Treasure Island, Florida is a wonderful place to observe some of the most magnificent wildlife in the country. A travel brochure for the island describes it as “cosmopolitan glitz and glamour, coupled with miles of pristine beaches and endless turquoise seas.” And that really sums it up. The island has a dozen or so good hotels, several excellent waterfront restaurants, outstanding shopping venues, two casinos, and miles and miles of sandy beaches.
Although Pan American had tamed the Pacific with a fleet of ten Sikorsky S-42 and Martin M-130 flying boats designated “Clippers” to reflect the tall-masted sailing ships which had plied the seas during an earlier period, they failed to offer adequate speed or capacity for transatlantic operations, as demonstrated by the July 3, 1937 transatlantic survey flight operated by “Clipper III” to Foynes, Ireland.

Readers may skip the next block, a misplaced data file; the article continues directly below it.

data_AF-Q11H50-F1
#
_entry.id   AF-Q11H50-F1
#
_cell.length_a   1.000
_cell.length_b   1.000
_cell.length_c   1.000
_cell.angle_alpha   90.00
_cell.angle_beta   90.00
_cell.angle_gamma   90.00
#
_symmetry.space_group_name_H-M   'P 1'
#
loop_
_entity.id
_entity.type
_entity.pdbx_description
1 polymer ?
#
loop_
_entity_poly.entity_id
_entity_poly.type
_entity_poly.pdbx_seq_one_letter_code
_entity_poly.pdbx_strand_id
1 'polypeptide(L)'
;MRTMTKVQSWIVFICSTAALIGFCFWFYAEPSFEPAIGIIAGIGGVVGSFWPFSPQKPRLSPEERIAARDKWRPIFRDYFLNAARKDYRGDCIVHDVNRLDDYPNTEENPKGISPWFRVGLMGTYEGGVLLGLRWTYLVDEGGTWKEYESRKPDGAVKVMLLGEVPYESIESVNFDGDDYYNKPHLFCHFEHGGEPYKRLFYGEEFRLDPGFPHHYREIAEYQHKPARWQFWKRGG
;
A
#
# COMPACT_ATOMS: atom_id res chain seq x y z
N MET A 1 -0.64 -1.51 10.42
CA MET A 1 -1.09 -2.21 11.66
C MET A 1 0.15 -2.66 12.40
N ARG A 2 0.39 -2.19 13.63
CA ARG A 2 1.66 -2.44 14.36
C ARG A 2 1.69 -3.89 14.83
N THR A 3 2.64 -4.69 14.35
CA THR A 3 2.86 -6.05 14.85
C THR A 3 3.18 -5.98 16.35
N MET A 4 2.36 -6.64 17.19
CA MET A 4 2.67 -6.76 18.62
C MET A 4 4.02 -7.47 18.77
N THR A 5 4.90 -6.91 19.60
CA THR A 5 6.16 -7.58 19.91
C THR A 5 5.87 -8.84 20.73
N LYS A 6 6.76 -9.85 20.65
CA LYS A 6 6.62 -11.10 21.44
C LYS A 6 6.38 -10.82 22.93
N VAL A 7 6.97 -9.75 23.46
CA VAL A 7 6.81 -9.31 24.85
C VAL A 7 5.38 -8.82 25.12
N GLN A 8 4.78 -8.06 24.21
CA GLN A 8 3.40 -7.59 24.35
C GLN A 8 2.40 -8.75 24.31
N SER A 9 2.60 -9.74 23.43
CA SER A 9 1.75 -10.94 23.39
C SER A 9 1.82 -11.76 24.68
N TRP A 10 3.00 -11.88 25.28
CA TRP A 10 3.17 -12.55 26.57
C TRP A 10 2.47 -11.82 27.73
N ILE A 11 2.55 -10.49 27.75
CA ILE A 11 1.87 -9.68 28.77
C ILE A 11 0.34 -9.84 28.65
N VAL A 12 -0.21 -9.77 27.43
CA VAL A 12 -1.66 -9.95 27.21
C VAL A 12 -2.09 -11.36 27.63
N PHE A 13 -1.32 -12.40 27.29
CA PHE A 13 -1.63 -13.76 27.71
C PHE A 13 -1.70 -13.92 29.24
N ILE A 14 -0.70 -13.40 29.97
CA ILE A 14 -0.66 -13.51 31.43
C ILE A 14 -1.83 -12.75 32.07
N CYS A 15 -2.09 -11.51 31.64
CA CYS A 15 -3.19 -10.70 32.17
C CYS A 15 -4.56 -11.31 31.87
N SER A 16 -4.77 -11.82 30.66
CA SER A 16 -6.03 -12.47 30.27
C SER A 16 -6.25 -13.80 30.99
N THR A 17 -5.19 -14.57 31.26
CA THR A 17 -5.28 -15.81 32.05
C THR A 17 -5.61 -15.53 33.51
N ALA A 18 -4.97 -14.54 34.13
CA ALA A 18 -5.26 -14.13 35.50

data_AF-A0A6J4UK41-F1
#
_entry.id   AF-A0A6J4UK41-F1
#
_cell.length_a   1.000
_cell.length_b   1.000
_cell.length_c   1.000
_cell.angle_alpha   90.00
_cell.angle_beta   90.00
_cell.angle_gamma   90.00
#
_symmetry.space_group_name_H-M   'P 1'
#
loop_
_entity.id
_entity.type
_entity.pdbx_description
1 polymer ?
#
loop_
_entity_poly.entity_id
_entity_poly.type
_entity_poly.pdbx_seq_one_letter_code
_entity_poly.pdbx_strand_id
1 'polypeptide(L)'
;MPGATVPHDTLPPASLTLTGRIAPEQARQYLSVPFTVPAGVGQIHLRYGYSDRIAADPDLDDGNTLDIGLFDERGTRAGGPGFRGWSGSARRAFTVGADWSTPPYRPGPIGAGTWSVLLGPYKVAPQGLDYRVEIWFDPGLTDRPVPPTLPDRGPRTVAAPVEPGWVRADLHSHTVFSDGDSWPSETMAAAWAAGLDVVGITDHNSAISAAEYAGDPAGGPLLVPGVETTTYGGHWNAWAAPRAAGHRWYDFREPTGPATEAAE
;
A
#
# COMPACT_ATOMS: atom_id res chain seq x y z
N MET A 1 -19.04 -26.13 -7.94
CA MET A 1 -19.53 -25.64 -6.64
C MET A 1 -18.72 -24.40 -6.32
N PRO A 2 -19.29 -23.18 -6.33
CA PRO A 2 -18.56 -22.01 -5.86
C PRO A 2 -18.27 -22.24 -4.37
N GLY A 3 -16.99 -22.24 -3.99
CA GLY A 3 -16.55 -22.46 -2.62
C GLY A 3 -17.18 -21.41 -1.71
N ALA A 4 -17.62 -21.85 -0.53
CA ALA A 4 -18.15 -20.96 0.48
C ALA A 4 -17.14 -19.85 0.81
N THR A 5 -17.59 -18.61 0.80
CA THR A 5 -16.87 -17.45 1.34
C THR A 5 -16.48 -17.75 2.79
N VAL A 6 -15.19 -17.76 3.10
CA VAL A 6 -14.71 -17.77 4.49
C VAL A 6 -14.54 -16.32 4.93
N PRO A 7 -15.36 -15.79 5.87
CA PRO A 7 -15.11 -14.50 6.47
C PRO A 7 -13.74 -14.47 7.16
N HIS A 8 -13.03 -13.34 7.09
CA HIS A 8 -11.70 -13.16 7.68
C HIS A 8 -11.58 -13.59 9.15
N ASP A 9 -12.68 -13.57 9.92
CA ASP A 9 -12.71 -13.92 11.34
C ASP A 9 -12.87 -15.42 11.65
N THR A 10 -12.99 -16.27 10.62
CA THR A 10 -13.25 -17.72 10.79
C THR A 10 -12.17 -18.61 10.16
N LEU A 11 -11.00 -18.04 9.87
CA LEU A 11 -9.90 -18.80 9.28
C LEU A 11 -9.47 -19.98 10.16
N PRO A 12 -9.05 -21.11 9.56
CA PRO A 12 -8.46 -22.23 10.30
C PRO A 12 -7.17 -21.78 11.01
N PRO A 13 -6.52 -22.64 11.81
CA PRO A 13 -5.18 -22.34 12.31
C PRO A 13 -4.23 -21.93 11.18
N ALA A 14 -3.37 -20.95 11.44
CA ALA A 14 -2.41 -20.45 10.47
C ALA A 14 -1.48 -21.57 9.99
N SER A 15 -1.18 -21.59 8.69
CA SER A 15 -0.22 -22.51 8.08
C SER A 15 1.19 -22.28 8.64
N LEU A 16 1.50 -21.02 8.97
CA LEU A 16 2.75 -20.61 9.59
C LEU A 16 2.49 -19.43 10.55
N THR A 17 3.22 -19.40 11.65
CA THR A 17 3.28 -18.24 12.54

Long intending to inaugurate scheduled, transatlantic, mail and passenger flying boat service to complement its existing Pacific routes, Pan American Airways Corporation selected Port Washington as an interim departure point until its more permanent facilities were constructed in North Beach, acquiring the American Aeronautical Corporation’s cavernous hangar and seaplane ramp complex in December of 1933 under the “Marine Airport Corporation” aegis, once again injecting Port Washington with the promise of growth.
Cocooned in their white, protective, hibernation coats, the boats across the bay, once the gateway to the Atlantic and Europe, were again the only vessels to occupy it, as they had before Curtiss had first landed here in his “F” Boat, indicating that all things do, indeed, begin anew.
The bay-fronting seaplane hangars, reflecting the life cycle, were reduced to the flat ground from which they had originally risen-and seeds from which bay-fronting condominiums later sprouted, perhaps illustrating the fact that the earth is nothing more than a blank slate on which is written whatever man determines are his present-time needs.